Understanding Stealth Volume Mapping of /opt/projects


Whenever I create a new Python project using docker-compose, I expect to manually mount my project in the Python app container.

As such my docker-compose.yml will usually have an entry like this for my app container.

- .:/code

When I examine the container volume assignments, I will see the defined /code entry, but also a stealth mapping of my project directory into /opt/project.

What is the purpose of this automatic volume?    I just hate auto-magical happenings in my development environment without fully understanding what's going on.




Pycharm bypasses the command entry for my app container and simply executes

python -u /opt/project/manage.py runserver


When using the debugger, it adds the call to pydevd, but still executes manage.py from /opt/project.

python -u /opt/.pycharm_helpers/pydev/pydevd.py --multiprocess --qt-support=auto --port 55741 --file /opt/project/manage.py runserver


So Pycharm ignores the execution related settings in Dockerfile and docker-compose.yml.  Neither WORKDIR nor command: are respected.

It creates a project mount in the container which includes a LOT of files which should never exist inside a container  (.git directory, Dockerfile, docker-compose.yml, database files, etc...)

This seems to be a sledgehammer approach to launching the Django app. 

Is this /opt/projects mount strictly necessary or can PyCharm honour the settings in docker-compose.py so that execution from PyCharm is identical to execution from the CLI.   Obviously the debugger needs to add the pydevd call, but it should be possible to parse the command: statement from the compose file and modify it accordingly.

I'd really like to see my container startup work the way it's defined. 


How would this work if I have a remote docker interpreter and want to run/debug a script? The scripts sits in my (local) project and somehow needs to be passed to the remote docker daemon running my container. Does this happen automagically via the docker-compose.override.840.yml and /opt/projects? Or do I have to add some Path mappings in my PyCharm-docker configuration? What are those for anyway, how are they used?


The whole thing is somewhat undercodumented.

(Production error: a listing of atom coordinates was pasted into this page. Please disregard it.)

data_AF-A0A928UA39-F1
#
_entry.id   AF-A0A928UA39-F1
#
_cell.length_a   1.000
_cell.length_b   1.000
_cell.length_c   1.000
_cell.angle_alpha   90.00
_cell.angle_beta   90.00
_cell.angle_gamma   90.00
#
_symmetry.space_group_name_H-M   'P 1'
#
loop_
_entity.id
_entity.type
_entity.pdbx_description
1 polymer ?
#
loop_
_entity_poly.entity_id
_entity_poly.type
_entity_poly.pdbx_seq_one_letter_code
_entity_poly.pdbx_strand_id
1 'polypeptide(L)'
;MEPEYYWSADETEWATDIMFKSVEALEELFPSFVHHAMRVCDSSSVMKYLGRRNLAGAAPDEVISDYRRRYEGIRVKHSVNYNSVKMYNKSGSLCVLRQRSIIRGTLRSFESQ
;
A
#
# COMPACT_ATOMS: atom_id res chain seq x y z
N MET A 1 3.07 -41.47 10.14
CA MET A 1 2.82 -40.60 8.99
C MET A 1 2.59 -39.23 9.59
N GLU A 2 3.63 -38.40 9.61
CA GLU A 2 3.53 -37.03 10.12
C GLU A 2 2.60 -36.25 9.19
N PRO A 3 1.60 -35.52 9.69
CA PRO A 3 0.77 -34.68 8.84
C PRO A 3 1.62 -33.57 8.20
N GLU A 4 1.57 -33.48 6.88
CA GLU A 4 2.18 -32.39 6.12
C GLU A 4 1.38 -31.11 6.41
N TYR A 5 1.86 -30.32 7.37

Just to clarify, by remote docker interpreter you mean the one on the remote host or it resides on the same machine PyCharm does?

If local, have you checked https://www.jetbrains.com/help/pycharm/using-docker-compose-as-a-remote-interpreter.html?


I am experimenting with both. When I use the docker daemon running on the same machine as PyCharm ("Docker for Mac") it usually just works. When I am trying to use a docker daemon on a different machine ("TCP socker") then it is a bit more difficult. I thought I had it running a few days ago, but now cannot reproduce. I keep getting the error "/opt/project/src/hello.py" when I am trying to run the file <project_root>/src/hello.py.


So now I am trying to understand how the docker container running on my remote (tcp) host gets to see src/hello.py. It looks like PyCharm2019.1/tmp/docker-compose.override.840.yml provides that access, but I do not understand how my local file src/hello.py gets transfered to the remote docker container. Is this done through the docker protocol? And what part do the Path Mappings play (if any) which I can define in the PyCharm Docker Config dialog?



Using Docker-based interpreter on the remote machine isn't supported at the moment https://youtrack.jetbrains.com/issue/PY-33489, please vote for the ticket and follow it for updates.

In the description of the issue, you will find a workaround, but it doesn't work for docker-compose.


Ok, thanks. It is much clearer now how this is supposed to work.


No, I am not getting it. There are several places to define path mappings:

  1. In my own docker-compose (maps from docker host to docker container)
  2. In PyCharm settings under docker configuration
  3. In PyCharm settings under interpreter configuration
  4. In PyCharm under run configuration

What is the meaning of all these (except 1)? None of them seems to be used together with a remote docker-compose interpreter.


Anyway, I got it to work with a plain Dockerfile. A lot more configuration that with docker-compose, but it works.